Meet John Denu
John Denu at the University of Wisconsin-Madison joined the ranks of The Journal of Biological Chemistry associate editors in July. His laboratory focuses on the roles of reversible protein modifications that are involved in modulating signal transduction, chromatin dynamics and gene activation. In particular, the group studies histone modifications. The American Society for Biochemistry and Molecular Biology’s science writer, Rajendrani Mukhopadhyay, interviewed Denu to learn more about his scientific interests, career and hobbies. The interview has been edited for length and clarity.
Would you briefly explain what your research group is studying?
We are broadly interested in the mechanisms and functions of reversible protein modifications that control signal transduction, chromatin dynamics and metabolism. More specifically, one major goal is to understand the basic biochemical principles that govern epigenetic information written onto histones. This information dictates gene-expression programs and takes the form of a diverse array of histone post-translational modifications, which are added and removed by chromatin enzyme complexes.Also, we are investigating the links between metabolism and epigenetic mechanisms that regulate gene expression. Chromatin-modifying enzymes rely on coenzymes and substrates derived from metabolic pathways, suggesting coordination between nuclear events and metabolic networks. We are testing the hypothesis that certain chromatin-modifying complexes have evolved to exquisitely sense metabolite levels and respond accordingly, modifying specific chromatin loci for altered gene expression.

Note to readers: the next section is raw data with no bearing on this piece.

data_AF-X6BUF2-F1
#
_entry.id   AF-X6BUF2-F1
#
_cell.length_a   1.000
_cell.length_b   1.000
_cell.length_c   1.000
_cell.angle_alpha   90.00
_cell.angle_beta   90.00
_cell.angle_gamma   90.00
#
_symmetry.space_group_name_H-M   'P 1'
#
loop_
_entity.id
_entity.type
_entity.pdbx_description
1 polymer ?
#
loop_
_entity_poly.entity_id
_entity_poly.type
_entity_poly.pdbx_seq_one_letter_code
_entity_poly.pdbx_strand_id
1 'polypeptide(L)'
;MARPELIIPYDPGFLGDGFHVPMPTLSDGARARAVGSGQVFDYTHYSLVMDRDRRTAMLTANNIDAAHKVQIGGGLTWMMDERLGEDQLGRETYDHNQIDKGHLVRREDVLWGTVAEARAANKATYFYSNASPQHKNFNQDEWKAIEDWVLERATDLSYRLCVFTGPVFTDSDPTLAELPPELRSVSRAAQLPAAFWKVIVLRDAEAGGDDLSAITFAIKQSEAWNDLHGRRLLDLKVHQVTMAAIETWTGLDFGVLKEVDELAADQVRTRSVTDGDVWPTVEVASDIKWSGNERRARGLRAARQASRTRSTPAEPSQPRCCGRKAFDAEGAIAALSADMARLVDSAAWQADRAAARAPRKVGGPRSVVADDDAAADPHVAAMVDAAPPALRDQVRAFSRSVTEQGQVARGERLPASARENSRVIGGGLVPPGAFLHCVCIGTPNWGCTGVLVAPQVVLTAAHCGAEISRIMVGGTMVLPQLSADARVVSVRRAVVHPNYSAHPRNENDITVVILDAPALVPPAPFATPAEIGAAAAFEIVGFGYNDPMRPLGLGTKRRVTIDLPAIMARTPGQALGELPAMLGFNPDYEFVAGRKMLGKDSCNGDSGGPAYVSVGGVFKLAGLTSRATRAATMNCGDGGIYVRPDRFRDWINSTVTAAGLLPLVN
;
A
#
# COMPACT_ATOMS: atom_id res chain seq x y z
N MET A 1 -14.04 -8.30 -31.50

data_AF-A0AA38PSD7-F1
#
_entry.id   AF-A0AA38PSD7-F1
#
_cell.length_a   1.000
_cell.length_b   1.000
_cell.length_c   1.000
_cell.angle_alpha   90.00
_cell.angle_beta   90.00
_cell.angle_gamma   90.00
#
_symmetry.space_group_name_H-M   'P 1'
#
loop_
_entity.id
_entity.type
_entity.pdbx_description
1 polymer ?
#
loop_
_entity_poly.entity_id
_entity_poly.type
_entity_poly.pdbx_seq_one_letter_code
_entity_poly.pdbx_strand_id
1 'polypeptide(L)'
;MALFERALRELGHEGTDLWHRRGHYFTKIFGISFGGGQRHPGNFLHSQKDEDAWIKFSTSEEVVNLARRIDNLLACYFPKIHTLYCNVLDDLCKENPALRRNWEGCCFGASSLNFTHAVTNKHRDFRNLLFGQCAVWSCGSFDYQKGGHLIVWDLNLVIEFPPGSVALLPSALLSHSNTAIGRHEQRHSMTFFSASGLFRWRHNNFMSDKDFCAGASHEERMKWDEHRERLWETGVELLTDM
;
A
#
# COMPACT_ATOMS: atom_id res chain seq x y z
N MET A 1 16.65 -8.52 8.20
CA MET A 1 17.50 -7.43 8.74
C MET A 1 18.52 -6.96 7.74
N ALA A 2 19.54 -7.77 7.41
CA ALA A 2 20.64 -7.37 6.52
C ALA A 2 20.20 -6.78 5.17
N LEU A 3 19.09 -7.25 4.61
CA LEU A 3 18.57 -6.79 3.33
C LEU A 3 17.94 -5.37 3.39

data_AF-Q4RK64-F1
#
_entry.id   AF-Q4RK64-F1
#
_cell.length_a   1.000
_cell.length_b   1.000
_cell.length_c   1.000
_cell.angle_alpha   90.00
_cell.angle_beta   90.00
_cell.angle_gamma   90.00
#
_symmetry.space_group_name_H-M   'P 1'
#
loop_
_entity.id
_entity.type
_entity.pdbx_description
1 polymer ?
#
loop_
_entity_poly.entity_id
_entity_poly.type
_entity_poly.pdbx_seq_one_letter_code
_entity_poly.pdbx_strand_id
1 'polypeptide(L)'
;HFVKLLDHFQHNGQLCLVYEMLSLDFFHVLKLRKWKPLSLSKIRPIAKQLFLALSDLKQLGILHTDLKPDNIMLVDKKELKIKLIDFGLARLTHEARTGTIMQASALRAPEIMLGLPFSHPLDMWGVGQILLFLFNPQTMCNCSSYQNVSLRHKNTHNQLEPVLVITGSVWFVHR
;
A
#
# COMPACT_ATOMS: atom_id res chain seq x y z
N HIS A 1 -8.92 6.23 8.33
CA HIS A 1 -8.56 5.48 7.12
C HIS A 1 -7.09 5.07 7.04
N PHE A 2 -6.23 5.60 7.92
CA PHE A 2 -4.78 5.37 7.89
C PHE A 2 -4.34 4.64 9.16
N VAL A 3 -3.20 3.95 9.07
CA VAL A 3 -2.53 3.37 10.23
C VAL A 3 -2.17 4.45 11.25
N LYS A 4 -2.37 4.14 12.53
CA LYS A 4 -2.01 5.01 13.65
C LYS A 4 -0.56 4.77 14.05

Another major effort involves understanding the mechanisms and functions of sirtuin deacylases and reversible protein acetylation. Accumulating evidence suggests that reversible lysine acetylation is a major regulatory mechanism that controls protein function.
Sirtuins are a conserved family of NAD+-dependent protein deacetylases that have emerged as important players in modulating protein acetylation. Compelling genetic evidence implicates sirtuins in genome maintenance, metabolism, cell survival and lifespan. We are examining the central hypothesis that reversible protein acetylation is a major regulatory mechanism for controlling diverse metabolic processes and that, at the molecular level, site-specific acetylation alters the intrinsic activity of targeted proteins. We are exploring sirtuin function as a means to tackle these questions and uncover their role in these processes.
You recently had a JBC paper selected as a Paper of the Week. It was about SIRT6’s activation by long-chain fatty acids. What is the significance of the work?
We are very excited about this discovery and the impact it might have on human health. SIRT6 is linked with aging, cancer and metabolism. The protein is an extremely inefficient histone deacetylase in vitro, suggesting that there is an activating mechanism in cells. In this paper, we demonstrated that SIRT6 is directly activated by free long-chain fatty acids, including ones linked to the health benefits of dietary polyunsaturated fatty acids. These results suggest the SIRT6 is stimulated to downregulate carbohydrate and lipid metabolism during conditions that increase levels of particular omega-3 and omega-6 fatty acids, such as fasting and dietary supplement intake. The discovery of these endogenous, small-molecule activators of SIRT6 suggests the therapeutic potential of compounds that promote SIRT6 function, particularly for improved metabolism, anti-inflammation and decreased tumorigenesis.